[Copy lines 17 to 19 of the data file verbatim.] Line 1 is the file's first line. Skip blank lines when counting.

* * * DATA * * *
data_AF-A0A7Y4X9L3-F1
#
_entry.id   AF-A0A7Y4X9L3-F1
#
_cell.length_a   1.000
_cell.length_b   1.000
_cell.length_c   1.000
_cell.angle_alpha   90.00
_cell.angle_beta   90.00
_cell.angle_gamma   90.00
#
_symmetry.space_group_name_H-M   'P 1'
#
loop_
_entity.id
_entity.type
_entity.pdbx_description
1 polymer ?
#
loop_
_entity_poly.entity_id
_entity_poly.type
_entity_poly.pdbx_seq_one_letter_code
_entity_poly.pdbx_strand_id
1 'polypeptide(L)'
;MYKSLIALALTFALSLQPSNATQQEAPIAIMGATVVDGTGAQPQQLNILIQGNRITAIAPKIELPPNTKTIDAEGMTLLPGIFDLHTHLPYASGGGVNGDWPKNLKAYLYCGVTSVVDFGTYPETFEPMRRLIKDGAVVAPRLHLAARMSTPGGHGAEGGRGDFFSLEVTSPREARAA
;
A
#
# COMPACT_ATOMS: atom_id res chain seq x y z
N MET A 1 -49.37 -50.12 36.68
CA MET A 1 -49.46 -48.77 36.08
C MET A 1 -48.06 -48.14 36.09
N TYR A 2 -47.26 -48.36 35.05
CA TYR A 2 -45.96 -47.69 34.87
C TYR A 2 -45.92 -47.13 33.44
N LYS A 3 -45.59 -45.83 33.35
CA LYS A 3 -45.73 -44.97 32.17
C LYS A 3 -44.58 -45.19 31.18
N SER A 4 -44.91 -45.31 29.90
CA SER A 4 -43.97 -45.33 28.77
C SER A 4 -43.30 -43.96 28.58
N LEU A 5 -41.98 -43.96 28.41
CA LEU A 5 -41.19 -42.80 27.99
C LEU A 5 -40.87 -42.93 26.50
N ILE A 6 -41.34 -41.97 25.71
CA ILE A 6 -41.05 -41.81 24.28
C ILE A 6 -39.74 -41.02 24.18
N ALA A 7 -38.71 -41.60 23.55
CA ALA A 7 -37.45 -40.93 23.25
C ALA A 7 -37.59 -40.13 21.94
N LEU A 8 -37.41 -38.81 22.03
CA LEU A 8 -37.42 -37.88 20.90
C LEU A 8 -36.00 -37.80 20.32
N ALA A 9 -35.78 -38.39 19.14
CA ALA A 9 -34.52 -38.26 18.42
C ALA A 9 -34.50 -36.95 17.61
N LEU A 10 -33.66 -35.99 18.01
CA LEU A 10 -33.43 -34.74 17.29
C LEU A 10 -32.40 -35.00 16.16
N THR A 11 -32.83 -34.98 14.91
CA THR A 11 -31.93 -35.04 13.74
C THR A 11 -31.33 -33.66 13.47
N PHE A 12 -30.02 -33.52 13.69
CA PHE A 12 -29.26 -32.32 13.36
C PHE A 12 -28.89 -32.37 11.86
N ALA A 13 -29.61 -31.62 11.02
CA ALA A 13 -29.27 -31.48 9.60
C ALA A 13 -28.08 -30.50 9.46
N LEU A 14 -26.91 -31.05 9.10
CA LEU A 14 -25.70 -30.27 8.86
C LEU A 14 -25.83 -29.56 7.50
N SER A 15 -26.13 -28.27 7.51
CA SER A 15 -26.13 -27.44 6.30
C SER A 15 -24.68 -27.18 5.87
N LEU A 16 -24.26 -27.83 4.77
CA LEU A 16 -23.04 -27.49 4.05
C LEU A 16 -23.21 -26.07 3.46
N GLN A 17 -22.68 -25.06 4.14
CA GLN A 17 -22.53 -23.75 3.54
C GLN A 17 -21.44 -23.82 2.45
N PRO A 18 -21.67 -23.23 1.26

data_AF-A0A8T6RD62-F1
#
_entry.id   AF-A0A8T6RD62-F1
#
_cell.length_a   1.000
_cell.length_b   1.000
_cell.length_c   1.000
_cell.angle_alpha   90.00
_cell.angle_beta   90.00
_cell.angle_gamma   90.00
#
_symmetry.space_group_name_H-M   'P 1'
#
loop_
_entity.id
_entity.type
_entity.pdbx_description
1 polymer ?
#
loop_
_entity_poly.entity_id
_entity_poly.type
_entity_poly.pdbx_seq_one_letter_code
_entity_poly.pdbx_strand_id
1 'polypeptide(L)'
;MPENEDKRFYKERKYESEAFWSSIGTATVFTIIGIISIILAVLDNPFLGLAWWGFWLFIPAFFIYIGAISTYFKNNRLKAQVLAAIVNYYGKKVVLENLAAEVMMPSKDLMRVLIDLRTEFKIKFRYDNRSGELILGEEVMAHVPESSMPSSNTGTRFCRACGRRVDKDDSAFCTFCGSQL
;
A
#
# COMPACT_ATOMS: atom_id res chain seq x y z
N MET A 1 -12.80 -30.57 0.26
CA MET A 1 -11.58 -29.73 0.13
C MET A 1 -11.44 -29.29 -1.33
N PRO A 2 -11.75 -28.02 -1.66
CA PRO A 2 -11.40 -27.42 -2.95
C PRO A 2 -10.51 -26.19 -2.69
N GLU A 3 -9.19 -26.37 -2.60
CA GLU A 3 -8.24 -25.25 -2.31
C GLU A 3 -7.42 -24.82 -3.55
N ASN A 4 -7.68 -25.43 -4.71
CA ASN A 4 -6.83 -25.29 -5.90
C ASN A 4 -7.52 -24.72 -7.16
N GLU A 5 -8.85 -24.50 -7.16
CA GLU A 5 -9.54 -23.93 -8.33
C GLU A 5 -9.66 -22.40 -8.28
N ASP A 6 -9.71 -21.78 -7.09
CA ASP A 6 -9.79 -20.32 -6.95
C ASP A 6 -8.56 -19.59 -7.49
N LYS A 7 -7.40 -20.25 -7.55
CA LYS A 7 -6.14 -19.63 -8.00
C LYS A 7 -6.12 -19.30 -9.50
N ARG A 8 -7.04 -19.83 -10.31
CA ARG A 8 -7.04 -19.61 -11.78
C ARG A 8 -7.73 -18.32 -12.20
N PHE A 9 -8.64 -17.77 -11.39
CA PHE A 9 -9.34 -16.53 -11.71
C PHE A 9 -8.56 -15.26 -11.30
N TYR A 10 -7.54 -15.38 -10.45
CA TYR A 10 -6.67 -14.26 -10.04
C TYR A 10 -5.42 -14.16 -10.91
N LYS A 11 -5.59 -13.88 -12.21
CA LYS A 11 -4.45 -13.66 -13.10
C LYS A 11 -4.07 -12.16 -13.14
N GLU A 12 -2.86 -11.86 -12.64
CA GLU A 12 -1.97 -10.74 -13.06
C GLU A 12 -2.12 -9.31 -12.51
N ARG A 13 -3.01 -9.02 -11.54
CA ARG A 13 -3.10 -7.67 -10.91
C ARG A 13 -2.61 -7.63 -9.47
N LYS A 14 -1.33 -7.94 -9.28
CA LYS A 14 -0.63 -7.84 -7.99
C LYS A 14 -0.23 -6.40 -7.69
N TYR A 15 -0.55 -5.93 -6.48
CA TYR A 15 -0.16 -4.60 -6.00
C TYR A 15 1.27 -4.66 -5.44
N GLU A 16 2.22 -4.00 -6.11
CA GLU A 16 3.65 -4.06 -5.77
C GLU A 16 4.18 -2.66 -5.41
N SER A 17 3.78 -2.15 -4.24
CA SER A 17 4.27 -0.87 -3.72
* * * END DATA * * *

_entity.pdbx_description
1 polymer ?
#